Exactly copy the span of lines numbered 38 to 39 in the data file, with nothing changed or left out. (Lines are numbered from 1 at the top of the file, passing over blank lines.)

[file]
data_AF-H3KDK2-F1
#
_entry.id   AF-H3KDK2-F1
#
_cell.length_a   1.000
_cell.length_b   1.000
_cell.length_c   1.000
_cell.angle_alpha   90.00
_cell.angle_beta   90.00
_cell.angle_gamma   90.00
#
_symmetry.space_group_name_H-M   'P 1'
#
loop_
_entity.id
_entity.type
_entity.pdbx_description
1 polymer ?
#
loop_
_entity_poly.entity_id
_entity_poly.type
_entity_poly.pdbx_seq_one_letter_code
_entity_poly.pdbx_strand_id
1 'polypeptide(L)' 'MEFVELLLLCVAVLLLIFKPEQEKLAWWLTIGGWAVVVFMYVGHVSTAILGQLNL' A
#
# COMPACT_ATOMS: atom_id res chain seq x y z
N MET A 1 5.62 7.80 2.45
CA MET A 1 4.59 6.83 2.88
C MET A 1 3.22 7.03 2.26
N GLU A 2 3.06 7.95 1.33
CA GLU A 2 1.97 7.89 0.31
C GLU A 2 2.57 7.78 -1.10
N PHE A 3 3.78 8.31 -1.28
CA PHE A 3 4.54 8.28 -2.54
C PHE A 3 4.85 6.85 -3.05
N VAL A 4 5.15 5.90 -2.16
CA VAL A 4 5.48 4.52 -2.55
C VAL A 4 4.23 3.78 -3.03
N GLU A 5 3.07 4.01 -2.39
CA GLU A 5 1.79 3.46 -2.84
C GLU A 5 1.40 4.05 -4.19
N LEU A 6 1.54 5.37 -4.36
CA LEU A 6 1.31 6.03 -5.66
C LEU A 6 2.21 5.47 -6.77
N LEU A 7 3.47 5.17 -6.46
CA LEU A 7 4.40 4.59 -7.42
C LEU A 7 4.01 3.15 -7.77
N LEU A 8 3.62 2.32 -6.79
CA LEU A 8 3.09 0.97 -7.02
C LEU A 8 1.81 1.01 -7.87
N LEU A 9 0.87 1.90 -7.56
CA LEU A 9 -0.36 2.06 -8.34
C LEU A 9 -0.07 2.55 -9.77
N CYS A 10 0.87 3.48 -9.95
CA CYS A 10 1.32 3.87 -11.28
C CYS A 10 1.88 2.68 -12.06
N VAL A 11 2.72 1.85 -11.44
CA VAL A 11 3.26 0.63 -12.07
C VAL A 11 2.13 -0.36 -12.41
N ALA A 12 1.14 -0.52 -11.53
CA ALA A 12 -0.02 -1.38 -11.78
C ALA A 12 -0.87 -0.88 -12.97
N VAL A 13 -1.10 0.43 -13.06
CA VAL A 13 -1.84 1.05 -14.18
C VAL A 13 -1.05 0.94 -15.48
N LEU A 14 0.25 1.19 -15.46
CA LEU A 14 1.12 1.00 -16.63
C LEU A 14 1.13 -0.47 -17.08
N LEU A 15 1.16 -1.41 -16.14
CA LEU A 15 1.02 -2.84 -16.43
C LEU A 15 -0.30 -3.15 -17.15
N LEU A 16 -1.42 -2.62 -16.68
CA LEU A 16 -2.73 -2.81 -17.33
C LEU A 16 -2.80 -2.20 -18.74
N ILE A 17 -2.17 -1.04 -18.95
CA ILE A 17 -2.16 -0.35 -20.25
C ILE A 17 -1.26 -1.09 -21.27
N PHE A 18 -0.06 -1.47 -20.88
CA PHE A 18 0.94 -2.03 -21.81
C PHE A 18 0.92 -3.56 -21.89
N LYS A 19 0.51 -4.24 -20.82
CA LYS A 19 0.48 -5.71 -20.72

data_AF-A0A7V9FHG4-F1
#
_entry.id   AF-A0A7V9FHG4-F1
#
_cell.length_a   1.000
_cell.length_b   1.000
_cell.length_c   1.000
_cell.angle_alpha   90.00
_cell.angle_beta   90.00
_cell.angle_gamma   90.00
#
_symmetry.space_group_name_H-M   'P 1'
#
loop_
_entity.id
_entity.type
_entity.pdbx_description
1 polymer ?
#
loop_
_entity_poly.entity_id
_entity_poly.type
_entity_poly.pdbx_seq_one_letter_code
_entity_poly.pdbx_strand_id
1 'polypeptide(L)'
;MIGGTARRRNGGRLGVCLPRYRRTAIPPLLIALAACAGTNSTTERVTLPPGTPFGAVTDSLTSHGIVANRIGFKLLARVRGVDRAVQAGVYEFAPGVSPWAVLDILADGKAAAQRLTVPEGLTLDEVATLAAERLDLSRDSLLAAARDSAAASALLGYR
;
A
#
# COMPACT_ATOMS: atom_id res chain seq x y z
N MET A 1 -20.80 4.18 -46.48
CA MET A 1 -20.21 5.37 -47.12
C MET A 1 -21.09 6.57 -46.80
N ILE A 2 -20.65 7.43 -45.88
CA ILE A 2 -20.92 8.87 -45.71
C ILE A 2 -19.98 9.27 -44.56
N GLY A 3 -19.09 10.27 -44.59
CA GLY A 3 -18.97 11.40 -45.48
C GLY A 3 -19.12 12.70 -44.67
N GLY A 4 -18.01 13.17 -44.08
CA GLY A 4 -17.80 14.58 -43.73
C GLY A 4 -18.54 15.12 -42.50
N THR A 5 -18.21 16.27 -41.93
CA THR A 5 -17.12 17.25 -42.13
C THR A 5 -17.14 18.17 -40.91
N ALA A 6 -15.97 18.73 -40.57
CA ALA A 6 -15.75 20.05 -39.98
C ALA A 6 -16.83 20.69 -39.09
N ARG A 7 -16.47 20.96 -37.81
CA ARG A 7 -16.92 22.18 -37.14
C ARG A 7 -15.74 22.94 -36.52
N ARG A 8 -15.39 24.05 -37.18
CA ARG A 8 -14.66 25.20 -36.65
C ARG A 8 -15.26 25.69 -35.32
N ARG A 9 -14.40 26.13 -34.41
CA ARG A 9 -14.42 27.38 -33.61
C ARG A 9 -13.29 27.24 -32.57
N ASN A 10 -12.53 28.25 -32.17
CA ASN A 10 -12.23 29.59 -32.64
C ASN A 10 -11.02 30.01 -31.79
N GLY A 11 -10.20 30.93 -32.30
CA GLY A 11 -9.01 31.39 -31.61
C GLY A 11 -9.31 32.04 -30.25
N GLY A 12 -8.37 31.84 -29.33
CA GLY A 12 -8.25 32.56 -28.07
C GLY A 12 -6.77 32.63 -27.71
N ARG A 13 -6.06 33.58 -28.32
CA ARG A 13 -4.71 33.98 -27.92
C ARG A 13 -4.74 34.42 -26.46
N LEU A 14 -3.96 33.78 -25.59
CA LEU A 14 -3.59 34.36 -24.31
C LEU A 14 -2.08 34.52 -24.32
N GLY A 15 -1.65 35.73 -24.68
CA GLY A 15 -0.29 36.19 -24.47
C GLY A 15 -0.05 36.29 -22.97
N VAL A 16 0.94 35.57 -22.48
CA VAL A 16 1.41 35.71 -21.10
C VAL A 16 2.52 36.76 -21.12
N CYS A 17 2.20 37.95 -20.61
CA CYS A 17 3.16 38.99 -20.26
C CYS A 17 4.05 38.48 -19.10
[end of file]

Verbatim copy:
CA VAL A 4 5.48 4.52 -2.55
C VAL A 4 4.23 3.78 -3.03